Monday, July 29, 2013

The Down Side Of The Publicis Omnicom Merger

I thought I would post this morning, while this news is still fresh and on everyone's mind.

As a recruiter, I can say this merger is terrible for talent.  Since employees of one holding company are not allowed to go to another agency owned by that same holding company, it certainly further limits peoples’ choices.

I have always thought that the prohibition of moving between two agencies owned by the same holding company is probably in restraint of trade.  But the prohibition of moving between the same clients at different agencies or holding companies is definitely in restraint of trade.  This means that if someone is on Coca-cola at one of the IPG agencies, they can no longer go to any agency owned by Publicis or Omnicom.

The holding companies are pretty good at moving very senior talent among their shops – Omnicom does it all the time.  But very senior is defined as probably EVP and higher.  This leaves out the 95% of employees making under $250,000 or so.  In fact, despite the fact that the holding companies all have human resources departments, there really is no mechanism for moving an account executive, writer, art director or media planner among their agencies.  And, the rules being the rules, a writer at DDB, for instance, cannot be employed and then move to BBDO without all kinds of permissions.

While there is a policy in place which allows such moves at many of the holding companies, the rigmarole and paper work makes it both difficult and dangerous to approach management to affect such a move.  This merger only serves to limit the possibilities even further.

I think David Jones, CEO of Havas, put it very well when he said this is bad for clients and employees. (Go to the link to see his full comment.  However, this merger isn’t good   for creativity, it isn’t good for competition.  It will not produce greater marketing thinking.  But, it will be good for the bottom line of the combined company. It will save, according to the various articles, about $500 million.  That is, about a 3% savings for stockholders, which is certainly not a huge; it will hardly affect the bottom line of the combined company. I honestly believe that over the next 18 months, the revenues lost due to conflicts and unhappy clients will more than offset these savings.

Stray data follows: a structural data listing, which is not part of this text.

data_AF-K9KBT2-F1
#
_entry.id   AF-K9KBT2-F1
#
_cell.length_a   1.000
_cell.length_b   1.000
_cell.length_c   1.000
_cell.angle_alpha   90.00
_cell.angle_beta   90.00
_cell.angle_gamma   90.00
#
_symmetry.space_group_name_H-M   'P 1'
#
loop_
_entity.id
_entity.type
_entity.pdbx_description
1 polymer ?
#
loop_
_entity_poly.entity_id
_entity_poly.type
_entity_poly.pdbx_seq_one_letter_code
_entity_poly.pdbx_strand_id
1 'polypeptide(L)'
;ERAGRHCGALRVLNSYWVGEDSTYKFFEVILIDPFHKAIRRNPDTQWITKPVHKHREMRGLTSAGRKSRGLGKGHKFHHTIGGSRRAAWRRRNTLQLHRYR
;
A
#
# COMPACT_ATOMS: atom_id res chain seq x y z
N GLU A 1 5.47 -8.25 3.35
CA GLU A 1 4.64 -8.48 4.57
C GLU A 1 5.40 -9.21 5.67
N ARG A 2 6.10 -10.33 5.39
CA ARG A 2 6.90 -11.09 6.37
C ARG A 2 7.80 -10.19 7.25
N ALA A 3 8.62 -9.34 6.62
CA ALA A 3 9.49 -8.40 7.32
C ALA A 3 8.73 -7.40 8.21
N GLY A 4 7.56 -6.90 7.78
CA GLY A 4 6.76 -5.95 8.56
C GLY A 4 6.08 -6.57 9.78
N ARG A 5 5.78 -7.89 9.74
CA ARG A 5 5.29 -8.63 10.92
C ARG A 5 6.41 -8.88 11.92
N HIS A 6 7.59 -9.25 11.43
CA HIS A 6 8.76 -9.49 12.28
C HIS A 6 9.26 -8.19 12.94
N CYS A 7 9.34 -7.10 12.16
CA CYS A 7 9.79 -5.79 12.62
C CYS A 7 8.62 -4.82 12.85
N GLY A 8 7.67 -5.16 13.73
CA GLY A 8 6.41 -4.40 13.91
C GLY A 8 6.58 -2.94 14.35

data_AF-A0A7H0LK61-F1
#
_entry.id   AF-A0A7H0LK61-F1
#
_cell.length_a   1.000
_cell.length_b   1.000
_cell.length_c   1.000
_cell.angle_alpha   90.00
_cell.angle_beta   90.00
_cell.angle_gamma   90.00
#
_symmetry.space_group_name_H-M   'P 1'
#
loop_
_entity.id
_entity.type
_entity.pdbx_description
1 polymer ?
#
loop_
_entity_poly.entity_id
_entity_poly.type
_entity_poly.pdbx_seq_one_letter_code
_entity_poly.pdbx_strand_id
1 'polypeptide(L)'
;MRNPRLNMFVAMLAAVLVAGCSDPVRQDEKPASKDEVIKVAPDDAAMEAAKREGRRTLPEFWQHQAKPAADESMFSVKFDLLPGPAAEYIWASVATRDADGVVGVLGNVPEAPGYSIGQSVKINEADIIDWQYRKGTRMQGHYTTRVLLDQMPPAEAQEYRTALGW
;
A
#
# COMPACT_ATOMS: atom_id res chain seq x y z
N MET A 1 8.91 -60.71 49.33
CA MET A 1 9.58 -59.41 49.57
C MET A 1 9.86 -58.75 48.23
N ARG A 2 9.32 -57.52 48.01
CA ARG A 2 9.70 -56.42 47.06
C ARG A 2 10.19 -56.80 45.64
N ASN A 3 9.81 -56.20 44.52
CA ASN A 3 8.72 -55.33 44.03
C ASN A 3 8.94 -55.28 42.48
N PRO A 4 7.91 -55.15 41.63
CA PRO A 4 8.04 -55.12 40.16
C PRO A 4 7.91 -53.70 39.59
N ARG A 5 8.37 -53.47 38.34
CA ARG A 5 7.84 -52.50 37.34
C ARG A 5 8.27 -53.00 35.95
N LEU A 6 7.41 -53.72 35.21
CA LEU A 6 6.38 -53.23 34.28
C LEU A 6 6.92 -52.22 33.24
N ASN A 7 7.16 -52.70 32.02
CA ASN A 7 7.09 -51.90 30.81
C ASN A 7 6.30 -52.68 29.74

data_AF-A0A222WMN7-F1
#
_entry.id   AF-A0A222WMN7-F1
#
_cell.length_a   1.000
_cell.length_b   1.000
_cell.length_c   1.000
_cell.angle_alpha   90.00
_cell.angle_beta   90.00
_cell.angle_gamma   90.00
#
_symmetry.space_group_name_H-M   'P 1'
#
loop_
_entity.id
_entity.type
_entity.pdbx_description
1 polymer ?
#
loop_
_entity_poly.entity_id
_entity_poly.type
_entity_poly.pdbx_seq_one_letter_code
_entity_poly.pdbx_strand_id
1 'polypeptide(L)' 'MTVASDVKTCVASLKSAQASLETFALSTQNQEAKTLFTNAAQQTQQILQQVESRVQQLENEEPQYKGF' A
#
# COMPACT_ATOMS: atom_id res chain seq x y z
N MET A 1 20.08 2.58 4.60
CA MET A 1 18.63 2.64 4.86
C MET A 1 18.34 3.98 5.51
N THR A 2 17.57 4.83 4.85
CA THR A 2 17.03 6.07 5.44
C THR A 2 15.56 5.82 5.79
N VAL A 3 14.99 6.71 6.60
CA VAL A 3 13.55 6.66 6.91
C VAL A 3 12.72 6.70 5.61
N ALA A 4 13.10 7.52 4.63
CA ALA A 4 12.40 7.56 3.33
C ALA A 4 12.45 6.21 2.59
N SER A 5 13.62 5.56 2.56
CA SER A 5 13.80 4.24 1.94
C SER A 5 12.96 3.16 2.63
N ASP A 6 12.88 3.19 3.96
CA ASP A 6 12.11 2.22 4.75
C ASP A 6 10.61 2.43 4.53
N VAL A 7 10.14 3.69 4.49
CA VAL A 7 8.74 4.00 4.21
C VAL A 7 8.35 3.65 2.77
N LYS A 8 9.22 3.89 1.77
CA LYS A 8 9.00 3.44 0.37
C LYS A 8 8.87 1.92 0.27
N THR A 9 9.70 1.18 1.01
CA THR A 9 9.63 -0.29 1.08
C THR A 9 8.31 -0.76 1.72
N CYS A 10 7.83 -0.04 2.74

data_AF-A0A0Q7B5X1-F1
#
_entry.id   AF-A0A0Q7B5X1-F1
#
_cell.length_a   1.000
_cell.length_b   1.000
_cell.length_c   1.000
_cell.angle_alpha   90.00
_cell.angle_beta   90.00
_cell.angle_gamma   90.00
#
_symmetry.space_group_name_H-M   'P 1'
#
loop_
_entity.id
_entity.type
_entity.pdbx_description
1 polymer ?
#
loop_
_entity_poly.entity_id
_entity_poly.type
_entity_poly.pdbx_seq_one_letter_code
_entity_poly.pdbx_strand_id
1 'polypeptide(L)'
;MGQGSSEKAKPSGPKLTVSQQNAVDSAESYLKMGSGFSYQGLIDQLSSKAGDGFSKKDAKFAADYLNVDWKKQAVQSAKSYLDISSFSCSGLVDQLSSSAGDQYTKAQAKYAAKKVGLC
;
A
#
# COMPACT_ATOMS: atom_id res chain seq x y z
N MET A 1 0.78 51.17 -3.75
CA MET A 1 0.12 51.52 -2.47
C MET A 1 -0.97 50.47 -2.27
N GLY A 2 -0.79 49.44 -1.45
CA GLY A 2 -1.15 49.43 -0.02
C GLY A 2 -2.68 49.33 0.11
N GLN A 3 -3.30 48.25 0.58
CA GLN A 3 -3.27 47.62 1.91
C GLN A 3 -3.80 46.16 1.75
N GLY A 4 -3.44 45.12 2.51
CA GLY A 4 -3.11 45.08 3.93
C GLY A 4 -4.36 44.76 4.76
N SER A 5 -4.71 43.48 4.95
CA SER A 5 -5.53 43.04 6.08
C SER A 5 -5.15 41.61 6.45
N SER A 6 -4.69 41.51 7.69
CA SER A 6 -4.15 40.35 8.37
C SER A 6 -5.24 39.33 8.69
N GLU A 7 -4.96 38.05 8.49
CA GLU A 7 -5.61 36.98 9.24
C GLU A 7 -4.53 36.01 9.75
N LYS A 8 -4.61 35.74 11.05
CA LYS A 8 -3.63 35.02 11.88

The worst part of this whole thing is that I believe it will result in panic buying and merging of the remaining holding companies. Pretty soon there will only be two or three holding companies.

Tuesday, July 23, 2013

Six Things You Should Understand About Recruiters

So often, about two weeks after I have seen a candidate, I get a call or email asking what I have found for them. I realize that there are tremendous misconceptions about what a a recruiter can do and will do. I thought I would spell out what anyone should expect when seeing a recruiter - any recruiter.

1) Most recruiters work on assignment; they do not market candidates
Recruiters won’t necessarily meet you and then call around trying to get you interviews.  This is one of the great misconceptions about headhunters. Think of it this way, if a recruiter sees ten or more people in a week, it would be impossible to market every good candidate.  The only time they will call someone about you is if they either have an assignment (in which case they should have contacted you to tell you about it), know of a position which may be appropriate or know that something with your background may be needed at a company.  

The best recruiters work on very specific assignments which carry specific job specifications.  If you know a recruiter is working on something which you think you are qualified for, but they do not send you, it is generally because there is something which their client is looking for that you may not have. (If you have not seen that recruiter for a while and your background or salary has changed - call them or email with an update.  It could be that you are now qualified for the job you heard he or she was working on, but the recruiter did not know.)